According to UNESCO, ten of them are in danger of disappearing since they are only spoken by a few hundred people today.

Others, on the other hand, are being protected through different political and cultural movements that seek to safeguard them.

The work to standardize their writing and lexicon did not achieve visible results, since each language is part of the cultural identity of each of the peoples and is difficult to change.

Although there are different pronunciations and words, in general people who speak different dialects manage to understand each other.

Protection of the Mixtec language

In Mexico, Mixtec is considered one of the national languages ​​and its use is official. For example, the country’s constitution and other textbooks were translated into this language and are used for basic education.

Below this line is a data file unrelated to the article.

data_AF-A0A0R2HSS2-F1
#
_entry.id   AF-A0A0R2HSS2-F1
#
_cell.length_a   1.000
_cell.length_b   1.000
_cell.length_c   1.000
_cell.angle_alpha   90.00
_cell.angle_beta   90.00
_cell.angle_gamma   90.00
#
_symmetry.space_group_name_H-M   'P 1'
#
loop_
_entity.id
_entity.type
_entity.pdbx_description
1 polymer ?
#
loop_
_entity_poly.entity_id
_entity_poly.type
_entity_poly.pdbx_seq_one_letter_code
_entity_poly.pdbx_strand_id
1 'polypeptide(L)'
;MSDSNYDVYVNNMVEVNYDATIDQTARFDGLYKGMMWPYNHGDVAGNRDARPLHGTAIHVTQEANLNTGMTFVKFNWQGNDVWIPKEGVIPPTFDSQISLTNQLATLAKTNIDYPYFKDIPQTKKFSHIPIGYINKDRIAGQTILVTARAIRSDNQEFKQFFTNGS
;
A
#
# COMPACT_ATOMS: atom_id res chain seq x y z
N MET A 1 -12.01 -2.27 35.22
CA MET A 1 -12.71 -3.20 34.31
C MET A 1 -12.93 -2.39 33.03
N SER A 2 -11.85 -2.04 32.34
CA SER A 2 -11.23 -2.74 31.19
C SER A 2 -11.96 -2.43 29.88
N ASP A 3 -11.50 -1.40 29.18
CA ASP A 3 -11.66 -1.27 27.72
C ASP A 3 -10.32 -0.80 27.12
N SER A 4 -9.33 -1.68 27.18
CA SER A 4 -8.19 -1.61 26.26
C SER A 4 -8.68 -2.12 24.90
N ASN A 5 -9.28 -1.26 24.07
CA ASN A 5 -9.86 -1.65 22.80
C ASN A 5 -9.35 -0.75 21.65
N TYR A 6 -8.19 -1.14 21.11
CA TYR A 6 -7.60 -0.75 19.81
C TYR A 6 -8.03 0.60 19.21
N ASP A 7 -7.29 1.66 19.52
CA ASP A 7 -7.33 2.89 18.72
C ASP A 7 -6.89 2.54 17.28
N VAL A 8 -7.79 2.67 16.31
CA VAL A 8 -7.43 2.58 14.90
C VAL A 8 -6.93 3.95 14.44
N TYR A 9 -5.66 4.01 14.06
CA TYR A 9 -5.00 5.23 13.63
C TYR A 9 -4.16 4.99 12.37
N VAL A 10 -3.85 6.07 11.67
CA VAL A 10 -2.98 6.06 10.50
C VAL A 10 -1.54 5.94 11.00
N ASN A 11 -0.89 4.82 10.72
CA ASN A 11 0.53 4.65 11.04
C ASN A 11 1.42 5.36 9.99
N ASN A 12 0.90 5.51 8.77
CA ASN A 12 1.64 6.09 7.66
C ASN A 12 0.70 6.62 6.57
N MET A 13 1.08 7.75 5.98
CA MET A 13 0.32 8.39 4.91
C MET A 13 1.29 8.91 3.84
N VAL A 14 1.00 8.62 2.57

On the other hand, in 1997 the Mixtec Language Academy was founded, a civil association that seeks to promote its use and create mechanisms that allow its conservation.

As part of this protectionist current, a movement also arose in which several Mexican authors participate, with the idea of ​​recovering the use of this language for literary purposes.

Lastly, in 2018 the use of the Mixtec language gained greater global visibility as it was used by the main characters in the film. Romewritten and directed by the Mexican Alfonso Cuarón, who won several Oscars.

Where were the Mixtec languages ​​spoken?